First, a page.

Angelina Jolie lectures EU on migrant crisis, tells Brits to reject Brexit

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Hollywood A-lister Angelina Jolie lectured European Union leaders on “isolationism” and accused them of a “race to the bottom” over their handling of the migrant crisis.

Angelina Jolie, interviewed by the BBC's Mishal Husain today, took aim at politicians for 'preying on the fear' that uncontrolled migration can cause. /Andrew Parsons/i-Images
Angelina Jolie, interviewed by the BBC’s Mishal Husain, took aim at politicians for “preying on the fear” that uncontrolled migration can cause. /Andrew Parsons/i-Images

EU nations are “competing to be the toughest in the hope of protecting themselves whatever the cost or challenge to their neighbors,” Jolie said, adding that European countries are neglecting their responsibilities to the humanitarian crisis triggered by the five-year civil war in Syria.

“Isolationism is not strength. Fragmentation is not the answer. Strength lies in being unafraid: in working with others, and living up to our highest ideals,” Jolie said.

She also hinted that she wanted British voters to back staying in the EU in June’s referendum.

Jolie’s comments were immediately set upon by Eurosceptics, who blasted the movie star for appearing to “tell us how to vote in the referendum.”

“It’s just what the people were looking forward to: another American coming over here telling us how to vote in the referendum,” Tory parliament member Andrew Bridgen said.

“The British public need to understand that ultimately all countries are in competition with each other and act in their own interests and it’s clear that it’s in the Americans’ interests to have us remain in the EU given the strength of anti-American feeling that is on the continent.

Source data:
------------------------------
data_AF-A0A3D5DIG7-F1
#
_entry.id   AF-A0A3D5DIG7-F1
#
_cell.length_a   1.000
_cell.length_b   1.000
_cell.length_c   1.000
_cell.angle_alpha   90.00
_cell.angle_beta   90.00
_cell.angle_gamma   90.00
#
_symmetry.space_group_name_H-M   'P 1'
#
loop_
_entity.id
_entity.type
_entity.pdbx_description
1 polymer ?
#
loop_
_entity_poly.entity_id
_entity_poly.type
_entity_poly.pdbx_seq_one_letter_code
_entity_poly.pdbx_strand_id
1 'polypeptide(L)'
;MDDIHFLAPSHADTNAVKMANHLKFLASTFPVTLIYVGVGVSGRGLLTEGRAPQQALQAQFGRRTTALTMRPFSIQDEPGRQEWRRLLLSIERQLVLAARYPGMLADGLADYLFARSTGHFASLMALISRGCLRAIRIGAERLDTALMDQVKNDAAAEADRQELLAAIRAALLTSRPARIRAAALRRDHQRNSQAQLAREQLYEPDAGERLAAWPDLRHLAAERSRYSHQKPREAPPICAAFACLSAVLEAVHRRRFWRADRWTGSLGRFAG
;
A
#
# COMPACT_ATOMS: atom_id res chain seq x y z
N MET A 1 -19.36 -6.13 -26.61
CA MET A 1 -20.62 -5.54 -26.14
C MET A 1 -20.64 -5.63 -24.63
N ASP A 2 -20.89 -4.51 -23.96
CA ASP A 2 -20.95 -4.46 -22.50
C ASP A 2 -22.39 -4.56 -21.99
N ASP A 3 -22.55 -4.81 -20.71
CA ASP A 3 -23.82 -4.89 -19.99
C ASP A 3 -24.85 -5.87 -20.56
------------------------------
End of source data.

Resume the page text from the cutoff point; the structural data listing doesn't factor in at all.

“However, this is not in Britain’s interests to have this ultimate sacrifice. We can be a stronger and better ally for America and the free world as an independent, sovereign nation,” Bridgen said.

Tory MP and leading Eurosceptic Peter Bone said Britain would have the capacity to take in more migrants if we were no longer part of the EU’s freedom of movement rules.

He told MailOnline: “Staying in the EU is being little-Europeans; people who want to come out of the EU look to the world; we want to trade with the world, we want an immigration system that’s fair for the whole world and doesn’t discriminate against people from different backgrounds and we’re outward looking, whereas the European Union is an inward looking closed shop.

“Coming out of the EU we’ll obviously continue to be part of the UN, we’ll continue to be part of the G8 and we will continue to play a major role as the fifth biggest economy in the world. With all our links with countries around the world – not least the Commonwealth – we will be more outward looking and we’ll stop having to concentrate on this ever-shrinking European Union market and look to the rest of the world.”

Jolie also appeared to criticize German Chancellor Angela Merkel, saying the opening of Germany’s borders to Syrian refugees added to the EU’s disorderly response to the humanitarian crisis.

“We need to have a real order, and we need to be explaining how things are being done in a clear way,” Jolie said. “It is also important that the process is clear so that people in the receiving country understand and have better confidence in the system.”

“After so many years of failed attempts by governments and leaders to do the right thing we are angry, we feel cheated and we feel confused,” Jolie said. “We are starting to think that maybe it is simply not possible to make a lasting difference.

“But the worst possible choice we could now make is to decide to step back from the world. It would be naïve to think that we can protect ourselves selectively, alone, from challenges in a globalized world, by pulling away from other countries or peoples.”

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